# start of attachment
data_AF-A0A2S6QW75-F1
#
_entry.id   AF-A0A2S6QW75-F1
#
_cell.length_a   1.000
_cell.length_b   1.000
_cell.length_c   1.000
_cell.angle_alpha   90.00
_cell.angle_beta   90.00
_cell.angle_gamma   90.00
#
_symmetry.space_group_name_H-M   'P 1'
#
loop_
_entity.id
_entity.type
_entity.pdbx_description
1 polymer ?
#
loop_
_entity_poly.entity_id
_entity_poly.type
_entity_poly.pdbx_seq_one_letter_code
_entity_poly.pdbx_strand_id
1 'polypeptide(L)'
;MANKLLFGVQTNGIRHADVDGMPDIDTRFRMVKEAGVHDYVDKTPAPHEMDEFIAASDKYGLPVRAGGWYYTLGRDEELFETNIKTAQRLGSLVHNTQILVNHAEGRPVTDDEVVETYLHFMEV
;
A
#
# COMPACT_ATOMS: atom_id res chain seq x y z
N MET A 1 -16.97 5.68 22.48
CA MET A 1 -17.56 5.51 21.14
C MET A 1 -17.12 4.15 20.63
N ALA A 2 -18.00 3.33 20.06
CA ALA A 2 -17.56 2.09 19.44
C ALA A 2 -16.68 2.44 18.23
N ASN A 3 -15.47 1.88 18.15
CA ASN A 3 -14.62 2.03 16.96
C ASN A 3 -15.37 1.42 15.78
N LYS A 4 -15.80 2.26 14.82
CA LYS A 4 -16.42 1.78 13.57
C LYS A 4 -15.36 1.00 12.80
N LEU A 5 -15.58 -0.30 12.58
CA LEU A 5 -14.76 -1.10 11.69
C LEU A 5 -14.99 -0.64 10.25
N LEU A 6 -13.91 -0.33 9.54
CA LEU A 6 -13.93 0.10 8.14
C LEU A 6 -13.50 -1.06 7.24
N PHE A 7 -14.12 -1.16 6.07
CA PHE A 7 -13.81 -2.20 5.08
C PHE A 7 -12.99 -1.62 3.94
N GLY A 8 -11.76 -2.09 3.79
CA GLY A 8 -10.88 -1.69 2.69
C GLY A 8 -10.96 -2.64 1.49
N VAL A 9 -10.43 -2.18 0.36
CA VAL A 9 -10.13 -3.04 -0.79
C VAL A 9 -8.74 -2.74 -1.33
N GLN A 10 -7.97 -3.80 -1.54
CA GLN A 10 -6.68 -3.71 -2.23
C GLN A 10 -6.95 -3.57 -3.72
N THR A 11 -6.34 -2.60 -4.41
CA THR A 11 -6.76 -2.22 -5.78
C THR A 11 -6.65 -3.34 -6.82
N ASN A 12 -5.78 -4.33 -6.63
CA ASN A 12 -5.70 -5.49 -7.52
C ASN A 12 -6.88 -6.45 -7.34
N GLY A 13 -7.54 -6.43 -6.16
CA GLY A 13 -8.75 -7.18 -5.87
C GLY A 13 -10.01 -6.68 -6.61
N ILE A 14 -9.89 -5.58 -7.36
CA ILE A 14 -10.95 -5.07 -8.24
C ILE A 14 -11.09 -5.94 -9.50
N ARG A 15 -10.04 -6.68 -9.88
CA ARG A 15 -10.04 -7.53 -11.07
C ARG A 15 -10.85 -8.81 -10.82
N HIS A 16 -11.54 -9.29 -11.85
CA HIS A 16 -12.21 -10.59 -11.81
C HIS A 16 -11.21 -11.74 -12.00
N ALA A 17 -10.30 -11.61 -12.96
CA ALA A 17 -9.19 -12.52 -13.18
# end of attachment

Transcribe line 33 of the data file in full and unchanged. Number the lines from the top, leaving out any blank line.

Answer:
C MET A 1 -17.12 4.15 20.63